What’s the fuss about double materiality?
I used to think the concept of materiality in sustainability-speak was rather hard to understand until I came across the concept of “double materiality” in the EU proposal for improvements to company reporting.
Is double-materiality significant or merely a bureaucratic oxymoron?
The answer lies in your point of view.
- If you are an unreconstructed financial traditionalist, then the concept is something quite new and potentially disruptive.
- If you’re a sustainability advocate, it’s heartwarming because the concept accelerates the cause for greater corporate responsibility, transparency and positive action.
Before understanding double materiality, it helps to know what single materiality is.
The Securities and Exchange Commission (SEC) is the US government regulatory agency that, among other duties, specifies what listed companies should report to investors. It defines materiality as the information “a reasonable person would consider important” when valuing an enterprise.
In practice, information is deemed material to a company’s financial stability and therefore its value to investors. For example, if the share price drops alarmingly because of, say, revelations of widespread corruption or a major accident. When BP’s Deepwater Horizon oil rig blew up in the Gulf of Mexico, the financial and reputational impact of the resulting oil spill had a material affect on the value of the business.
Small accidents or “traffic ticket” fines for pollution would not have the same commercial impact and would not be considered financially material. And until quite recently, the nature of BP’s core business – producing and marketing oil and gas – was not considered a material issue because it contributed to the prosperity of society and BP’s shareholders.
Sustainability advocates have long argued that the negative impact of an enterprise on the planet and society should influence its value. To make their point, they borrowed the materiality term and devised ways to determine a new set of material issues that the financial community had long ignored as “externalities” (and mostly still do). For example, long before carbon began rising up the financial agenda, it was of great concern to other stakeholders worried about climate change. Stakeholders also fretted about other issues that the financial community ignored, such as human rights, diversity and impacts on nature.
The inclusion of “stakeholder” concerns resulted in the materiality matrix commonly found in sustainability reports. The matrix is plotted by establishing the relative importance of an issue to:
- The company’s management
- The company’s stakeholders
Plotting the matrix is more of an art than a science. It is usually done by consultants who (should) take a neutral view. Their process goes something like this (there are many variations on a theme):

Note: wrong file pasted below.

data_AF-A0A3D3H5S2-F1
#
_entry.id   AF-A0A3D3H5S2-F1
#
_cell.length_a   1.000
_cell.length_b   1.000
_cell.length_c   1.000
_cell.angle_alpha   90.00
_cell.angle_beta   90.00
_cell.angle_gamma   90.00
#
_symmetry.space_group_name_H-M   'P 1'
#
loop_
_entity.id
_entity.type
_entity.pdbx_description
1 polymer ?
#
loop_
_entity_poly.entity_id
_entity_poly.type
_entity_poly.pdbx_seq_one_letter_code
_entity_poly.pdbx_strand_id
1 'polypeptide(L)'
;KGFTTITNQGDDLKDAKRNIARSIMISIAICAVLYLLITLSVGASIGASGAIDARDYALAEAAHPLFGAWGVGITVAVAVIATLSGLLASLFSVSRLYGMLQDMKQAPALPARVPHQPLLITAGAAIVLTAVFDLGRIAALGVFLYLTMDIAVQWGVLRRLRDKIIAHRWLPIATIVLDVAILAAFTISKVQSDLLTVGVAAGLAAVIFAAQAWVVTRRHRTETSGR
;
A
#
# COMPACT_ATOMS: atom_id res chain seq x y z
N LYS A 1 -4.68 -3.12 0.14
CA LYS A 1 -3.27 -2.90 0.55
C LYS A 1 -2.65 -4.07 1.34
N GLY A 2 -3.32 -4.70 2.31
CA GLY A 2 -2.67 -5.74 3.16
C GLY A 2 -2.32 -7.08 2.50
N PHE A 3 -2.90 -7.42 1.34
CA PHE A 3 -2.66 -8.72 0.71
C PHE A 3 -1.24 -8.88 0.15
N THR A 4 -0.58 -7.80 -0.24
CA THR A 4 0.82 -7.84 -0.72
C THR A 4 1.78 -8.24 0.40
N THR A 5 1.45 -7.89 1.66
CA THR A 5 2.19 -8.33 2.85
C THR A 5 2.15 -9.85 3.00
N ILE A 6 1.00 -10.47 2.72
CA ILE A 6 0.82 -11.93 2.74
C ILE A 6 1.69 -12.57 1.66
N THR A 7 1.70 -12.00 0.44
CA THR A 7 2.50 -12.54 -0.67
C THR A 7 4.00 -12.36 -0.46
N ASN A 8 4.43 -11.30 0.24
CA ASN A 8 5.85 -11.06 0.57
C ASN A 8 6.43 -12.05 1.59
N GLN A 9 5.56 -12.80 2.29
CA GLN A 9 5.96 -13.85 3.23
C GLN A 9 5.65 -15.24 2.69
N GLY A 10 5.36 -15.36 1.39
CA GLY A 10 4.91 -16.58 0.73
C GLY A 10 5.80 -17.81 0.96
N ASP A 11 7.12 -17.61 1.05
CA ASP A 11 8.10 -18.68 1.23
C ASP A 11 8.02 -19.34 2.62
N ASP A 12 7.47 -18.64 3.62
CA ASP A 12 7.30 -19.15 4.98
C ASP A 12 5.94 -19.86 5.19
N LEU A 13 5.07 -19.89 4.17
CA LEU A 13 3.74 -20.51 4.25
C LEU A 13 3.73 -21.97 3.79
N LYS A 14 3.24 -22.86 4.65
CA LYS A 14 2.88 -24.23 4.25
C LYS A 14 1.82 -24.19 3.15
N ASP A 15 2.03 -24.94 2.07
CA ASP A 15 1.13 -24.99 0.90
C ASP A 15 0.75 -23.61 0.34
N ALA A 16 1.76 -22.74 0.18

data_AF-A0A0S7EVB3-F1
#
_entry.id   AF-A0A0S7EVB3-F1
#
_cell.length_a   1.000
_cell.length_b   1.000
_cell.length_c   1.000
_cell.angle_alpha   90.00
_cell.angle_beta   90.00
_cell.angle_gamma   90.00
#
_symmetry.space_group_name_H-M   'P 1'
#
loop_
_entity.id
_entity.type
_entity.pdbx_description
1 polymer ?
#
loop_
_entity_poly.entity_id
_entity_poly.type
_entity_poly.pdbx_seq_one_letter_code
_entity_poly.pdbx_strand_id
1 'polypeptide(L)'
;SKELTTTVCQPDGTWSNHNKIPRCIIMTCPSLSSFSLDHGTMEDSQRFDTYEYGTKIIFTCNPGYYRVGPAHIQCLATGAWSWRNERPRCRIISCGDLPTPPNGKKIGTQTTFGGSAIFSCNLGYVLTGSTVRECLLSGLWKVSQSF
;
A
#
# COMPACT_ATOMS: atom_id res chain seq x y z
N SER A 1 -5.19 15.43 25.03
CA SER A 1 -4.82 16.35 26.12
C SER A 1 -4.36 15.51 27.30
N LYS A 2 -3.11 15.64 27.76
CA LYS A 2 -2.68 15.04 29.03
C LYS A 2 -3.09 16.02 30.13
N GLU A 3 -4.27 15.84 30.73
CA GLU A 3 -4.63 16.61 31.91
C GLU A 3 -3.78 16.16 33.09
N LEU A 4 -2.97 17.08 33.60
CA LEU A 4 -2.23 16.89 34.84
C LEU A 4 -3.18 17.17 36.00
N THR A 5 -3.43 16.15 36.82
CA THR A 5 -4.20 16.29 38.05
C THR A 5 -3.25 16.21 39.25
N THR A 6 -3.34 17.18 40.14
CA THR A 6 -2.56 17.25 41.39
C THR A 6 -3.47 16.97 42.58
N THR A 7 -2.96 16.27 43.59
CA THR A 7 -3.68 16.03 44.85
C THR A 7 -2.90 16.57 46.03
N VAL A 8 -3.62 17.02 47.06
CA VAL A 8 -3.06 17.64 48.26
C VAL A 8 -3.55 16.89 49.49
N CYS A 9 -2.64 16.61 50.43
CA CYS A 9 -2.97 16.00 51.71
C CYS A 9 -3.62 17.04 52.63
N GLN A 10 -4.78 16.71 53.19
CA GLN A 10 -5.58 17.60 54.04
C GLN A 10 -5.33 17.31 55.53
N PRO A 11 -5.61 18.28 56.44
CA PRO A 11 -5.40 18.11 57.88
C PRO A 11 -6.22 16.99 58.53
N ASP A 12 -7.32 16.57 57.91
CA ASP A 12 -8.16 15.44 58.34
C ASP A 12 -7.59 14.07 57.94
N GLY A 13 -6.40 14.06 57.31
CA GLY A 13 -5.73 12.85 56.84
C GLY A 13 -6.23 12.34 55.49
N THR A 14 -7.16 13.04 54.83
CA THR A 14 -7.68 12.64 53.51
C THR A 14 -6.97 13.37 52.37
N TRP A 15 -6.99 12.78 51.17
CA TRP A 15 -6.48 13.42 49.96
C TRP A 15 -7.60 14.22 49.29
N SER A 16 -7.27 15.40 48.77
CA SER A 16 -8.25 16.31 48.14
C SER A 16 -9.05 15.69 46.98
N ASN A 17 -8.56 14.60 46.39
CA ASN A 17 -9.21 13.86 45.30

- Step 1. Stakeholders are asked what sustainability issues the company should be managing, and then to rate the relative importance of each issue. For example, on a scale of 1-10, encouraging diversity could be, for arguments sake, rated 9 while protecting biodiversity could be rated 5 by the stakeholders.
- Step 2. The consultant (knowing the company), then rates the issues according to their potential importance to the company.
- Step 3. Using two axes (importance to the company; importance to stakeholders) the issues are plotted. The top right quadrant contains the issues that are the most important to the company and its stakeholders. It is those topics that are considered material and which define the contents of the sustainability report.
What’s the double fuss?
Sustainability reporters rightly ask what the fuss is about because their concept of materiality broadly accounts for impacts on stakeholders (proxy for the planet) and impacts on the company. Is this not already double materiality, they ask?
Partly. But the important point here is that the concept of double materiality is aimed at the financial community, not the Sustainerati.
The regulators are saying that the traditional financial definition of materiality is pertinent but too narrow. They want reporters to acknowledge that longer-term issues, such as the impact of climate change on a company, are material to the value of an enterprise.
By promoting “double” materiality the regulators are asking companies and the financial community to acknowledge that a much broader range of issues and events affect an enterprise. The regulators are siding with sustainability advocates who have long argued this case. And what’s more, the actions of companies affect society and the environment too. The concept of double materiality acknowledges that interconnection – hence double.
Phew! What a long explanation, say the Sustainerati: that’s what we’ve been arguing for all along!
Sustainability advocates have got their way. Their view of materiality is (largely) being enshrined in regulations and will dictate what large companies are required to report to an increasingly interested financial community.
It may take a little while. But materiality is about to double.
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